I am very interested in the rear facing seats for the model s, however I have spent hours searching for safety to the occupants when during a rear impact to the car.
The occupants feet I think are within 1 foot of the ourside of the rear bumper.
There is special boron steel reinforcement behind the bumper. Elon has 5 kids and considers the jump seats the safest place in the car. Remember also that rear impacts are rarer and lower speed than front impacts.
Rear facing seats are generally considered safer than front facing ones. This is why military passenger aircraft traditionally had had the seats facing to the rear.
The big question for the Model S would be whether a rear collision would allow the offending vehicle to penetrate where the kids are.
My understanding is that the rear seats in most mini-vans is in the crumple zone whether they face forward or back. This is because the safety testing worries mainly about the front seats and mini-vans aren't rated as passenger cars.
I'm guessing that your kids are a lot safer in the rear seat of a Model S than about any other vehicle with 3-row seating.
It would be great to get test results on this for various vehicles. I wonder if we could get Consumer Reports to comment?
The initial government safety check for these seats said that they passed and were safer than any other child seating arrangement available in any car; not sure of this wording, but pretty close. On the other hand, don't keep the kids in there for anything other than a short hop or they will "melt"....no a/c vents back there.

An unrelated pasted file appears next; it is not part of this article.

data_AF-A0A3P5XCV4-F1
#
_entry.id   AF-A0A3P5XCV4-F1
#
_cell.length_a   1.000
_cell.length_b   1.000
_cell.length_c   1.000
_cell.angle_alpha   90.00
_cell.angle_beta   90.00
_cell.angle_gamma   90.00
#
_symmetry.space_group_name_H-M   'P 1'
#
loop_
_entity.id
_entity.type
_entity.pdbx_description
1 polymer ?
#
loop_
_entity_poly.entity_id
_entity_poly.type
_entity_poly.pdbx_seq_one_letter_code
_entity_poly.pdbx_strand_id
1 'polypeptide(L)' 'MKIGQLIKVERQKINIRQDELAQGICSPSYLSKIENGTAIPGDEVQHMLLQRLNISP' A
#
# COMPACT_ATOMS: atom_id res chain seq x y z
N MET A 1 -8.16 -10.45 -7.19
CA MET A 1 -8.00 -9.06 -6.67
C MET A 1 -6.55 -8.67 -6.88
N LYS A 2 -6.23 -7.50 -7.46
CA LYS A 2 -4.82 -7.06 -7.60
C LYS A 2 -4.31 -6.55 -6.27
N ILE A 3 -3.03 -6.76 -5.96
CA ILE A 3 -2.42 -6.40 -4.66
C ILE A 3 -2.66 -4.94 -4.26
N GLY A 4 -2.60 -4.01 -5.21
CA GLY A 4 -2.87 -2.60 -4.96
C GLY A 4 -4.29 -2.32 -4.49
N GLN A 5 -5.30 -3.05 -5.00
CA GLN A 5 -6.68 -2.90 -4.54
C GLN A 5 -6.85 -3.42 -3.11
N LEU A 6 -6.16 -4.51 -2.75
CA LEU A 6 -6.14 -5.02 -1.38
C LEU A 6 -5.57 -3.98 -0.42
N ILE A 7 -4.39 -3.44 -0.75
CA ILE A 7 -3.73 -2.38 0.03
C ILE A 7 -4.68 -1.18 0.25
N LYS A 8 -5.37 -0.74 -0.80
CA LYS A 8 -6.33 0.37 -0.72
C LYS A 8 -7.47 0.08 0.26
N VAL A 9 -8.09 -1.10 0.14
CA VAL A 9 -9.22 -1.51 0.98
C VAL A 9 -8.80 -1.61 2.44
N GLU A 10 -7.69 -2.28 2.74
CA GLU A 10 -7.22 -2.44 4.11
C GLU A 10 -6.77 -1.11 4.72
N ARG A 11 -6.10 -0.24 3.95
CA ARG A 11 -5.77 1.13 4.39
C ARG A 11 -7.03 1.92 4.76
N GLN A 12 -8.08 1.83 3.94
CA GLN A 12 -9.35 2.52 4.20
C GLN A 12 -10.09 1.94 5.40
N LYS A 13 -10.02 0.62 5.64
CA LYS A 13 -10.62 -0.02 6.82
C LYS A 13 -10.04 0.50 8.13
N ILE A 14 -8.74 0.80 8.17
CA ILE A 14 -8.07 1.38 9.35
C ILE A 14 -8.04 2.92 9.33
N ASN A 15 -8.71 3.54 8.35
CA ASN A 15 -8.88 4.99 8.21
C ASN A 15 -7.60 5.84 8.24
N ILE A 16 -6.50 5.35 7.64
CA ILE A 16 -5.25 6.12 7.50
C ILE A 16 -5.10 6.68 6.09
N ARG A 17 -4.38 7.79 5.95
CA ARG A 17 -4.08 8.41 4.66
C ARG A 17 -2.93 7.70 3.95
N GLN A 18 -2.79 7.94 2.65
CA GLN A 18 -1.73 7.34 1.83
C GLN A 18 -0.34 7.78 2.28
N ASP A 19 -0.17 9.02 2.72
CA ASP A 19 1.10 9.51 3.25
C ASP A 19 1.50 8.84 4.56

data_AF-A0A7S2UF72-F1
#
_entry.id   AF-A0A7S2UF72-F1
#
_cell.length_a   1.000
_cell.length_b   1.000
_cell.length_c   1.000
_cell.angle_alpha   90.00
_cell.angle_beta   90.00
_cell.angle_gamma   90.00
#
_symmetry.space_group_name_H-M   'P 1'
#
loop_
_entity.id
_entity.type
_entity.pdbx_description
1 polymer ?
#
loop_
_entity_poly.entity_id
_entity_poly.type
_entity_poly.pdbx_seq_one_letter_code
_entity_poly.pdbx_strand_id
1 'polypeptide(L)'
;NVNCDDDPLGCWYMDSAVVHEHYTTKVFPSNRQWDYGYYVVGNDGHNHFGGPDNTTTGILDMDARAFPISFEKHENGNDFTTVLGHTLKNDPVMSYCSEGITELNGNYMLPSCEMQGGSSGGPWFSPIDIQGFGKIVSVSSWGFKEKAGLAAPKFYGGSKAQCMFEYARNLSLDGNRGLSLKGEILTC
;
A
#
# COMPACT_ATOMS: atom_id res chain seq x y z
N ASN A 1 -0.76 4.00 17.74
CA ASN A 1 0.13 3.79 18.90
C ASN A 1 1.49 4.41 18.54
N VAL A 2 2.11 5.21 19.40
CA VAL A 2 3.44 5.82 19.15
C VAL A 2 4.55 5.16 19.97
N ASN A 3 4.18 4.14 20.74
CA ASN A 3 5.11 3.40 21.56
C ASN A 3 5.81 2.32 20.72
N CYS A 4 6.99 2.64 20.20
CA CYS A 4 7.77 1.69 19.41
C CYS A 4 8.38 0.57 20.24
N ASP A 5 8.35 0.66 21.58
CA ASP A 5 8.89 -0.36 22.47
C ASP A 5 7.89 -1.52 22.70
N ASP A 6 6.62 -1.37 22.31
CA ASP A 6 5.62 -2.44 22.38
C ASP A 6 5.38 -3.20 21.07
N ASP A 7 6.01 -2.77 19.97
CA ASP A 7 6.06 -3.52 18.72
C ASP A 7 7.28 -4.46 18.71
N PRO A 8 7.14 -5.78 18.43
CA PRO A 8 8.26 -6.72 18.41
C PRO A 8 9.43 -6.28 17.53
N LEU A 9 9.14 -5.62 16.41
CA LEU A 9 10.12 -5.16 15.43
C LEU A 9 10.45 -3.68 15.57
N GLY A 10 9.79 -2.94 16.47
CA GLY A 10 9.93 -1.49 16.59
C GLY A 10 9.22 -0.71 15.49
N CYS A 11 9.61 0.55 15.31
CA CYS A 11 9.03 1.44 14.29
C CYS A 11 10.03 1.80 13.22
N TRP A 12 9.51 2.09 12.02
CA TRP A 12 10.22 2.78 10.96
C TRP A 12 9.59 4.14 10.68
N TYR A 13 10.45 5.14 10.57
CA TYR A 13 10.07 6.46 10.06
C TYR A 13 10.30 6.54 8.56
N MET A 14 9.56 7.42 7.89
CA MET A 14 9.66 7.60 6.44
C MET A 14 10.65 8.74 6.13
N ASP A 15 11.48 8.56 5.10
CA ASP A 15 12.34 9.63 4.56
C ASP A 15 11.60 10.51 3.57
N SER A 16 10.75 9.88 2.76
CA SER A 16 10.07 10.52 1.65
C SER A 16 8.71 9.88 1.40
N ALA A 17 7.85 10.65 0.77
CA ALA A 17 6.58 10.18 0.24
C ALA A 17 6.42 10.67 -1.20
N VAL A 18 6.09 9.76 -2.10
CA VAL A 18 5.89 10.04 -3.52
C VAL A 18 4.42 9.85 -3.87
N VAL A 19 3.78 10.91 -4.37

What government testing? Where'd you get that info? That's the first I've heard of anyone testing anything related to those seats.
Dvclifford, it is my understanding the there have been no US independant crash tests or government tests as of yet on the Model s.
I also belive there aren't any standrd tests from anyone on rear impacts on any vehicles in the US. Please comment if this is incorrect?
However are the any overseas rear impact tests that have been done on the Model S now that sales are happening abroad?
Most 3rd row SUVs put the kids' heads within 1 feet of the rear of the car. I would think it's much safer to have the feet within 1 feet of the rear in the Model S than the heads.
Ziak, if there were no government safety crash tests on this vehicle, Tesla would not yet have been able to ship it to drivers. Over a year ago, tests were performed and the vehicle passed. In fact, the "roll-over" testing is performed by a machine similar to a trash compactor (they don't actually roll the car over) and the machine broke. I read in a previous post that someone from the Transportation Dept stated that these seats were the safest on the road.
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